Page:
Out of FOCUS
The city council ignores the multiyear effort to create a citywide strategic development plan
When David Dobbins and his family moved into their home in a semirural area of the Northland, they expected development to move their way. “To move out here and believe development was never going to make it this far would have been foolish,” Dobbins says. “There’s just no way that all this was going to remain like it was.”
His home is a modern two-story at the end of a long gravel driveway. Although Dobbins can’t see many of his neighbors from his house, a short drive north on Staley to Hardesty and up to 108th Street reveals homes nestled in forest and along streams. Some stand alone in suburban-style squares of green grass. All of the houses are different, built at different times and reflecting the dreams and wishes of their owners.
Dobbins takes a sweeping look at what spreads out around him — and soon will be gone. To the west, grazing land grows prairie grass punctuated with aging farm buildings. Hardwood groves stand on the top of hills and in the valley where North Staley Road winds through. An old barbed-wire fence defines Dobbins’ property to the north along a shaggy hedge of mulberry, Virginia creeper, and tall bluestem. Beyond lies a tangle of young trees, rife with ivy, brush, and a stand of sassafras.
But nature will soon take a beating. The Kansas City, Missouri, City Council recently approved Pine Grove, a 365-acre, 799-home development that may bring 2,400 people to the area. Behind Dobbins’ home is open ground, extending down a long hill into woods and fields to I-435, then to the rolling hills beyond. Pine Grove will fill the space from his property north and east to the interstate.
Dobbins is less concerned with how he feels about the encroachment upon property than with how the Northland is developed. “I have been an electrical engineer all my professional life, over 15 years,” he says. “I have worked on scores of buildings. We knew when we moved out here three years ago that development would happen. The problem is that the city and over 3,000 volunteers spent several years developing the FOCUS report, and now they (city council members) are not following it.”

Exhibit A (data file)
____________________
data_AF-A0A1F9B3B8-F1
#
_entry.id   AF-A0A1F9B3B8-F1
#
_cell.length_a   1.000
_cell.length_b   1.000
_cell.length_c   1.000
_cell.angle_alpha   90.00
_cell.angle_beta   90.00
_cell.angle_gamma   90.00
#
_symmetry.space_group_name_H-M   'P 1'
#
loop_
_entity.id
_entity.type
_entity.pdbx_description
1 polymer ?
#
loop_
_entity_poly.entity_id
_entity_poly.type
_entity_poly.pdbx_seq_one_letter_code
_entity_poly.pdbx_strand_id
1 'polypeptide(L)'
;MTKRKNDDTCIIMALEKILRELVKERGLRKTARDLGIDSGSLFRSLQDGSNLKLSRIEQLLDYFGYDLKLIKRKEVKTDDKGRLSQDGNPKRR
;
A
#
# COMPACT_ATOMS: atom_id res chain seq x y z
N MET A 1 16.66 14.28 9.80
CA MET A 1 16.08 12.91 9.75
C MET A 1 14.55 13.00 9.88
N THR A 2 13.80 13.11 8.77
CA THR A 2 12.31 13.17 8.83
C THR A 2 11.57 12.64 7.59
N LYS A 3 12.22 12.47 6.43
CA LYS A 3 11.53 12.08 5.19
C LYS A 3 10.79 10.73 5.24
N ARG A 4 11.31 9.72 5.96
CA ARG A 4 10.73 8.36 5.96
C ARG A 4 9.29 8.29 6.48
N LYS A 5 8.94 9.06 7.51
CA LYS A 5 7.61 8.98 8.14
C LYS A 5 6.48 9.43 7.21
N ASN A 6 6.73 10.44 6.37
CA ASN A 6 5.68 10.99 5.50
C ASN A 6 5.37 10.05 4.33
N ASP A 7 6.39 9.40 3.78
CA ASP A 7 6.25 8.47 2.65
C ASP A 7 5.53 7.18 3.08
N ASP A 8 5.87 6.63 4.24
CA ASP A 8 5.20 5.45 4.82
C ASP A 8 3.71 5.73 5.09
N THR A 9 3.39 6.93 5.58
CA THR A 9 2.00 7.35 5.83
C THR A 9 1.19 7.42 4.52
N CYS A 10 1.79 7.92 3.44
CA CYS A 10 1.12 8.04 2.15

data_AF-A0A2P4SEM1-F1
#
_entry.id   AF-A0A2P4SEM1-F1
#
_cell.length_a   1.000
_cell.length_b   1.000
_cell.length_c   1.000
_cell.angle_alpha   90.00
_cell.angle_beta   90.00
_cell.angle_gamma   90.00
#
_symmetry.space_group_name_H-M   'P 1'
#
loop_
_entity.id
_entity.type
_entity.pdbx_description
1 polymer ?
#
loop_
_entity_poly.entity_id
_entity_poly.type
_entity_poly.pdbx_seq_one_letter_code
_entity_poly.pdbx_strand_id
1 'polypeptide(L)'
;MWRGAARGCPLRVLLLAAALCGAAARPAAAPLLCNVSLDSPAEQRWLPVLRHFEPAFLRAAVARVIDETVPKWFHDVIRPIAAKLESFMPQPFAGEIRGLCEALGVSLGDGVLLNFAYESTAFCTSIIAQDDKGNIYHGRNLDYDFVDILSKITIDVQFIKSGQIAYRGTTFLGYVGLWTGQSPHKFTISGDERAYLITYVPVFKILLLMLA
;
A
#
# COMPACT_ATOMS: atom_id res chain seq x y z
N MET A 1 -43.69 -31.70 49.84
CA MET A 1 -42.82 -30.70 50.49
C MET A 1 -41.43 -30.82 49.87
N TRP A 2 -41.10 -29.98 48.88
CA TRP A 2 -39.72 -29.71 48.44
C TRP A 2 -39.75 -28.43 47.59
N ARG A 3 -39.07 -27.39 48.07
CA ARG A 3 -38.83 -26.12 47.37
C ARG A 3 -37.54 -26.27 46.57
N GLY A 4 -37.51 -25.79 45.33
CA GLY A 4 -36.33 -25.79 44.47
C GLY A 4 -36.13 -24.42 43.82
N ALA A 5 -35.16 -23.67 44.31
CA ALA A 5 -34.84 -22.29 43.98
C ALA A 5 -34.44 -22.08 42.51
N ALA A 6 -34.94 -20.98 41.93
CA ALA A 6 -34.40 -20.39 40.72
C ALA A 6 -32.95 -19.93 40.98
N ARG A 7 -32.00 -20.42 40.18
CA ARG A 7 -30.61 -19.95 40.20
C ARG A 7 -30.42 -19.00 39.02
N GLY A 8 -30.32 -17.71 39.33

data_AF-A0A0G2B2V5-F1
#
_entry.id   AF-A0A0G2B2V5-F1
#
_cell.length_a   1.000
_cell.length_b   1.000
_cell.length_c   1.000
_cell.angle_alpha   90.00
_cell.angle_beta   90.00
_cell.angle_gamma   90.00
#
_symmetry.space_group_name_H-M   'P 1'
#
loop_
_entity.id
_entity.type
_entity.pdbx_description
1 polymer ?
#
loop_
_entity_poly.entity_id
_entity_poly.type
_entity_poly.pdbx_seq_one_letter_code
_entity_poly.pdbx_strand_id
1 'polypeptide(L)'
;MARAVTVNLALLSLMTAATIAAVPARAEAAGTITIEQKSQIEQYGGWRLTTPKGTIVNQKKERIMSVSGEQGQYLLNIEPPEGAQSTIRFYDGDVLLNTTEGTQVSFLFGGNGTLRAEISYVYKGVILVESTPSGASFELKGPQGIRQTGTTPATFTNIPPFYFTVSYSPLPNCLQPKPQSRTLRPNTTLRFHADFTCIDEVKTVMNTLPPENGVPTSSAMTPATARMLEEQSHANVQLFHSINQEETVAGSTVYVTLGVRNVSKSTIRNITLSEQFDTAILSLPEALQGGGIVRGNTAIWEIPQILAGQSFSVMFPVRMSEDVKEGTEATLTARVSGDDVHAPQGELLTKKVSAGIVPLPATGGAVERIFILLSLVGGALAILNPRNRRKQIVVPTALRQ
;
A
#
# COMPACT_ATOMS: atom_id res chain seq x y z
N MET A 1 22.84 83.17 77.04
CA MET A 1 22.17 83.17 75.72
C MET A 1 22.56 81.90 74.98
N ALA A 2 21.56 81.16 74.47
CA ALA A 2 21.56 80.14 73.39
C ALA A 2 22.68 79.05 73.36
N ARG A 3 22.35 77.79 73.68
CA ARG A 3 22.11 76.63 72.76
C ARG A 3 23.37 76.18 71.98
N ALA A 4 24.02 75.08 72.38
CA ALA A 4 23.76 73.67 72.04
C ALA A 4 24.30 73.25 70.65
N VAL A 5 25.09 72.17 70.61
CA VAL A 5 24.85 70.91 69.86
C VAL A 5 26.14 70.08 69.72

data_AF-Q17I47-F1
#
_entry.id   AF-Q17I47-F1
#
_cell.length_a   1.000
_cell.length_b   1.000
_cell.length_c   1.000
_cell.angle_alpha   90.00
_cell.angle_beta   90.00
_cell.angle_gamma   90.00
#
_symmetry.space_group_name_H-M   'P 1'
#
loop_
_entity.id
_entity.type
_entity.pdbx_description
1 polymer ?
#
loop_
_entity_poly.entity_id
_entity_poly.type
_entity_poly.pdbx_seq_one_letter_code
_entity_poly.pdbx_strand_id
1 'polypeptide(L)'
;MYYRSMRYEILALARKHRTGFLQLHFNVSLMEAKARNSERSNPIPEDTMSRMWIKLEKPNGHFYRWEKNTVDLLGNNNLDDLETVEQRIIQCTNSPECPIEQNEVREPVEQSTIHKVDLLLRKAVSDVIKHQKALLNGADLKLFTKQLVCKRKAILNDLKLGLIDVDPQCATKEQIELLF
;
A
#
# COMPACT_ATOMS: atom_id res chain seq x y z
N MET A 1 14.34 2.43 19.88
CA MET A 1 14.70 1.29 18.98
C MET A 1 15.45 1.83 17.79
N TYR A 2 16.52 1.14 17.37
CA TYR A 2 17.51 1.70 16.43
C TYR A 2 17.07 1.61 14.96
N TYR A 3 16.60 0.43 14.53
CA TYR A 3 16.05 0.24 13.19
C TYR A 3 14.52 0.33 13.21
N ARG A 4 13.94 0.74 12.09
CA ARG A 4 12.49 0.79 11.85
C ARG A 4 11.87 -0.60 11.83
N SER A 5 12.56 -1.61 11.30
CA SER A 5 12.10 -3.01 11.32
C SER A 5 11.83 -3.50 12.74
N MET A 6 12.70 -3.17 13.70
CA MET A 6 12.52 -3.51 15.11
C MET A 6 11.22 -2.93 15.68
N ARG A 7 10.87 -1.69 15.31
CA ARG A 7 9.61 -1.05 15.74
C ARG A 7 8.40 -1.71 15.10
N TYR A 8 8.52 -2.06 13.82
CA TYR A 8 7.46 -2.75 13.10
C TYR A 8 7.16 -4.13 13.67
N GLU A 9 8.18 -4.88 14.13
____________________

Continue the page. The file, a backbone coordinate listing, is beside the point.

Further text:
The FOCUS (Forging Our Comprehensive Urban Strategy) Kansas City Plan, a stack of volumes more than a foot and a half high, recommends that quality of growth over amount of growth be the overriding factor in citizens’ and the city’s determination of what development occurs. The Northland Plan section of FOCUS recommends that the city encourage diversity of mixed-income, mixed-use development with attention to transportation, economic development, and existing community. With regard to transportation, FOCUS recommends developing along existing infrastructure rather than building new and wider roads typical to suburban development on vacant land. Dobbins points out that even after a decade of steady growth, almost 75 percent of vacant land within the city limits is north of the Missouri River.
Just two roads lead into Pine Grove: Hardesty from the south and Staley Road (the proposed Shoal Creek Parkway) on the west. Both are narrow and shoulderless. Hardesty forms the frontage road for I-435. Staley winds through the hills, woods, and open fields. Both roads are studded with one-lane bridges.
“Part of FOCUS is to make sure that the existing topography, identity of properties, open spaces, and development be paid attention to,” Dobbins says. “Pine Grove doesn’t do any of that. It is a large, traditional suburban development in a leapfrog fashion that has no buffers, no transportation element, and doesn’t preserve much of anything.
“FOCUS was not a priority to the city council when they approved the plan. If they don’t follow it here, it’s going to be tough to do it elsewhere.”
Dobbins says he was chosen as the de facto leader for the Staley Farms Neighborhood Association. He testified before the City Council Planning, Zoning, and Economic Development Committee, which recommended Pine Grove to the full council. He then testified before the city council in the general vote on the plan. Despite his professional, considered presentations, Dobbins says, both times he was met with “outright indifference” on the part of city council members, particularly at-large councilmembers Bonnie Sue Cooper and Teresa Loar. Videotapes of the May 3 Planning and Zoning hearing and the May 31 city council meeting reveal Loar and Cooper’s impatience with Dobbins’ testimony. “Everything about Cooper those days was discouraging,” Dobbins says. “She was angry some of the time; other times she repeated she ‘had heard all of this before.’ Her whole body language, eye rolling, and demeanor indicated we were not going to get anywhere.”